Collective Memory: honouring deceased in Japan

People venerate their ancestors for various reasons: out of respect to local traditions, as an act to connect to their own roots or even to achieve healing and transform their lives. Every summer Japan celebrates a festival, Obon, to commemorate ancestors, whose spirits are believed to temporarily return to this world in order to visit their relatives. Originating from Buddhism and acquiring several Shinto elements, Obon has now evolved into an important family reunion tradition. It is believed that memorial services, dances, altar offerings and other ceremonies not only help people to pay their respect to spirits of deceased relatives but also serve as healing rituals helping families and communities to process their grief and disturbing memories.

Join Azumi Uchitani’s talk to dive into the traditions of Obon and explore its spiritual meaning.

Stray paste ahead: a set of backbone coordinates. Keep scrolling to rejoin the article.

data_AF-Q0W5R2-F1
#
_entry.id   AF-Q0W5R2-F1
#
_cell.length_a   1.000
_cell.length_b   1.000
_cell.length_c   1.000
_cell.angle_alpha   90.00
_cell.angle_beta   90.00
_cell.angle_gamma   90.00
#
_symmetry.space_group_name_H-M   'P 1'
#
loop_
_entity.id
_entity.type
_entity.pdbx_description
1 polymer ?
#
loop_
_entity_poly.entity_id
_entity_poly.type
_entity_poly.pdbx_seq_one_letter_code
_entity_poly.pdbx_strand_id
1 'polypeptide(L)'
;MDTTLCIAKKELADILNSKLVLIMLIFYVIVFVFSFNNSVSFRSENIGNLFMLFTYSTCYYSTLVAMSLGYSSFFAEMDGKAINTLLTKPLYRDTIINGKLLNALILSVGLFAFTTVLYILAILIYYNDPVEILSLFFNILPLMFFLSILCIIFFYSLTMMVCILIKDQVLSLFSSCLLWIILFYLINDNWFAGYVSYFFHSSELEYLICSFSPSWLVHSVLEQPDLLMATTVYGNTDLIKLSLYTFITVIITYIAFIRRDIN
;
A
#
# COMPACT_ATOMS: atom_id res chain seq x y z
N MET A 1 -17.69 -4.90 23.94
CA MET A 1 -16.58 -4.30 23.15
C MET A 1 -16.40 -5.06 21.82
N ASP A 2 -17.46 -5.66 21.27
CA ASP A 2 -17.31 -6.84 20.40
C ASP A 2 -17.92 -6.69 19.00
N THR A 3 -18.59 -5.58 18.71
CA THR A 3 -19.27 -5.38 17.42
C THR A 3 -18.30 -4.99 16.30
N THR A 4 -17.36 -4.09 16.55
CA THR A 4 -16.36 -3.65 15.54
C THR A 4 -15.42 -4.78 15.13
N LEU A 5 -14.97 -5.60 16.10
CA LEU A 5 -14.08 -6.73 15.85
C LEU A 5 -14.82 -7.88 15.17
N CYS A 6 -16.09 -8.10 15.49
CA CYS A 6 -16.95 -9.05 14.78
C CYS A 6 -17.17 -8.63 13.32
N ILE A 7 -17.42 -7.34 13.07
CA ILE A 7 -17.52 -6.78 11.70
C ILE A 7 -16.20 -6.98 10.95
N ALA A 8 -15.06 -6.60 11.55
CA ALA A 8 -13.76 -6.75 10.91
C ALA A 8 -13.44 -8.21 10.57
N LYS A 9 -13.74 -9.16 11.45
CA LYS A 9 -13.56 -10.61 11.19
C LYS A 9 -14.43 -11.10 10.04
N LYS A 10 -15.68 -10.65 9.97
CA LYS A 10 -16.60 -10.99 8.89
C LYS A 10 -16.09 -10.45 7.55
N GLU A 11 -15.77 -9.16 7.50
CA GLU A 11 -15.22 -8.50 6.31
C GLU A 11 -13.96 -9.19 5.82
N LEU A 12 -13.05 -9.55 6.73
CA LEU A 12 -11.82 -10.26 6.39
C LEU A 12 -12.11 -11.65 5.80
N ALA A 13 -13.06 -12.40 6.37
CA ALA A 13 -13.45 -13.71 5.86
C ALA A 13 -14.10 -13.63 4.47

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Azumi Uchitani is an Intercultural business consultant, keynote speaker, writer, artist and founder of Japanese SALON art & culture, based in the Netherlands. She is a two-times TEDx speaker, appearing Dutch TV and media and delivering talks to an international audience in Europe and in the US. Azumi is on a mission to build an essential bridge between Japan and Europe, helping global leaders discover Japanese ancient wisdom beyond culture, teaching how to apply its wisdom in everyday life, act with inner peace and create conscious leadership and fulfilling life. Azumi decodes the complexity of Japanese culture, tradition, philosophy, spirituality and unspoken rules into a simple essence of wisdom. She was born into a traditional spiritual Japanese family and raised with the teachings of Shingon Buddhism and Shinto. The spiritual and cultural practices, such as tea ceremony, flower arrangement, calligraphy have always been a part of her life, besides that, her grandmother was a kimono maker. Her insights, a series of talks are available on her YouTube channel “5 minutes on Japanese Wisdom” on YouTube.

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